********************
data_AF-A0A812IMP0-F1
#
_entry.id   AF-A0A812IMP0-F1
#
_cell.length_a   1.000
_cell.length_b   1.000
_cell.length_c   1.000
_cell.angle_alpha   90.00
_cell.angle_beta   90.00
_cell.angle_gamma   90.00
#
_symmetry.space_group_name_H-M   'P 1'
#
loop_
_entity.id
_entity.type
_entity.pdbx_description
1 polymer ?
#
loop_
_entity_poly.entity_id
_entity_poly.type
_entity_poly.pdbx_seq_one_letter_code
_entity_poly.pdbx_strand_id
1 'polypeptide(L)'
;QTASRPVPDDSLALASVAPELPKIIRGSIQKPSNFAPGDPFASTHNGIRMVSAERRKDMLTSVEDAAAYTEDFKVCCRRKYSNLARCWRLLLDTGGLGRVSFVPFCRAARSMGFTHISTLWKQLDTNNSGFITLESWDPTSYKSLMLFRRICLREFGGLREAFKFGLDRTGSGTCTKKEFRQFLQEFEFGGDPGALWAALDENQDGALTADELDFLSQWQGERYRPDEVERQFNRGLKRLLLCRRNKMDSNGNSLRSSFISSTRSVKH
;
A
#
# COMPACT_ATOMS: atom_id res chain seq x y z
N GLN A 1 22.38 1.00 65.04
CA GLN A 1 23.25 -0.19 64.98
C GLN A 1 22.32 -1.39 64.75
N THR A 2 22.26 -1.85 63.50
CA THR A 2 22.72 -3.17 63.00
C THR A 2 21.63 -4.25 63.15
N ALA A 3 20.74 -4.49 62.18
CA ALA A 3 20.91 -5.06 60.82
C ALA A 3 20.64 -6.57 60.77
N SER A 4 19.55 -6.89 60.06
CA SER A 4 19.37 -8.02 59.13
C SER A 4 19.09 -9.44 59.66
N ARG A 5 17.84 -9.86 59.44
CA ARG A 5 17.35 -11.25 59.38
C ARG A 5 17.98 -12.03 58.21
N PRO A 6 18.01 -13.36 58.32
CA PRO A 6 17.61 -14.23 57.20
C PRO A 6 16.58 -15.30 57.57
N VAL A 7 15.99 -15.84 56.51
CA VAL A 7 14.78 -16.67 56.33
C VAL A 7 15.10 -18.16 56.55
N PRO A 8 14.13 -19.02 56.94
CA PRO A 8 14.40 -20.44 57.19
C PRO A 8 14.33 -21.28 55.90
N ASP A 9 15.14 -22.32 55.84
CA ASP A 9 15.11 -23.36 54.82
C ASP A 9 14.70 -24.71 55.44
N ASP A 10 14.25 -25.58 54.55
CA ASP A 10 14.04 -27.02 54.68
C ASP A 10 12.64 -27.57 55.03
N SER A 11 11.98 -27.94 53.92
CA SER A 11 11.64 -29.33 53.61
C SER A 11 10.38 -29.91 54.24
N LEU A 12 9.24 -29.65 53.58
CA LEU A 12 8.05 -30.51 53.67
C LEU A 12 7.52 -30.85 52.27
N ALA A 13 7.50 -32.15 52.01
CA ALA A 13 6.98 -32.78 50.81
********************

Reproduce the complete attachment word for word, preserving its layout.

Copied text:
data_AF-A0A812IMP0-F1
#
_entry.id   AF-A0A812IMP0-F1
#
_cell.length_a   1.000
_cell.length_b   1.000
_cell.length_c   1.000
_cell.angle_alpha   90.00
_cell.angle_beta   90.00
_cell.angle_gamma   90.00
#
_symmetry.space_group_name_H-M   'P 1'
#
loop_
_entity.id
_entity.type
_entity.pdbx_description
1 polymer ?
#
loop_
_entity_poly.entity_id
_entity_poly.type
_entity_poly.pdbx_seq_one_letter_code
_entity_poly.pdbx_strand_id
1 'polypeptide(L)'
;QTASRPVPDDSLALASVAPELPKIIRGSIQKPSNFAPGDPFASTHNGIRMVSAERRKDMLTSVEDAAAYTEDFKVCCRRKYSNLARCWRLLLDTGGLGRVSFVPFCRAARSMGFTHISTLWKQLDTNNSGFITLESWDPTSYKSLMLFRRICLREFGGLREAFKFGLDRTGSGTCTKKEFRQFLQEFEFGGDPGALWAALDENQDGALTADELDFLSQWQGERYRPDEVERQFNRGLKRLLLCRRNKMDSNGNSLRSSFISSTRSVKH
;
A
#
# COMPACT_ATOMS: atom_id res chain seq x y z
N GLN A 1 22.38 1.00 65.04
CA GLN A 1 23.25 -0.19 64.98
C GLN A 1 22.32 -1.39 64.75
N THR A 2 22.26 -1.85 63.50
CA THR A 2 22.72 -3.17 63.00
C THR A 2 21.63 -4.25 63.15
N ALA A 3 20.74 -4.49 62.18
CA ALA A 3 20.91 -5.06 60.82
C ALA A 3 20.64 -6.57 60.77
N SER A 4 19.55 -6.89 60.06
CA SER A 4 19.37 -8.02 59.13
C SER A 4 19.09 -9.44 59.66
N ARG A 5 17.84 -9.86 59.44
CA ARG A 5 17.35 -11.25 59.38
C ARG A 5 17.98 -12.03 58.21
N PRO A 6 18.01 -13.36 58.32
CA PRO A 6 17.61 -14.23 57.20
C PRO A 6 16.58 -15.30 57.57
N VAL A 7 15.99 -15.84 56.51
CA VAL A 7 14.78 -16.67 56.33
C VAL A 7 15.10 -18.16 56.55
N PRO A 8 14.13 -19.02 56.94
CA PRO A 8 14.40 -20.44 57.19
C PRO A 8 14.33 -21.28 55.90
N ASP A 9 15.14 -22.32 55.84
CA ASP A 9 15.11 -23.36 54.82
C ASP A 9 14.70 -24.71 55.44
N ASP A 10 14.25 -25.58 54.55
CA ASP A 10 14.04 -27.02 54.68
C ASP A 10 12.64 -27.57 55.03
N SER A 11 11.98 -27.94 53.92
CA SER A 11 11.64 -29.33 53.61
C SER A 11 10.38 -29.91 54.24
N LEU A 12 9.24 -29.65 53.58
CA LEU A 12 8.05 -30.51 53.67
C LEU A 12 7.52 -30.85 52.27
N ALA A 13 7.50 -32.15 52.01
CA ALA A 13 6.98 -32.78 50.81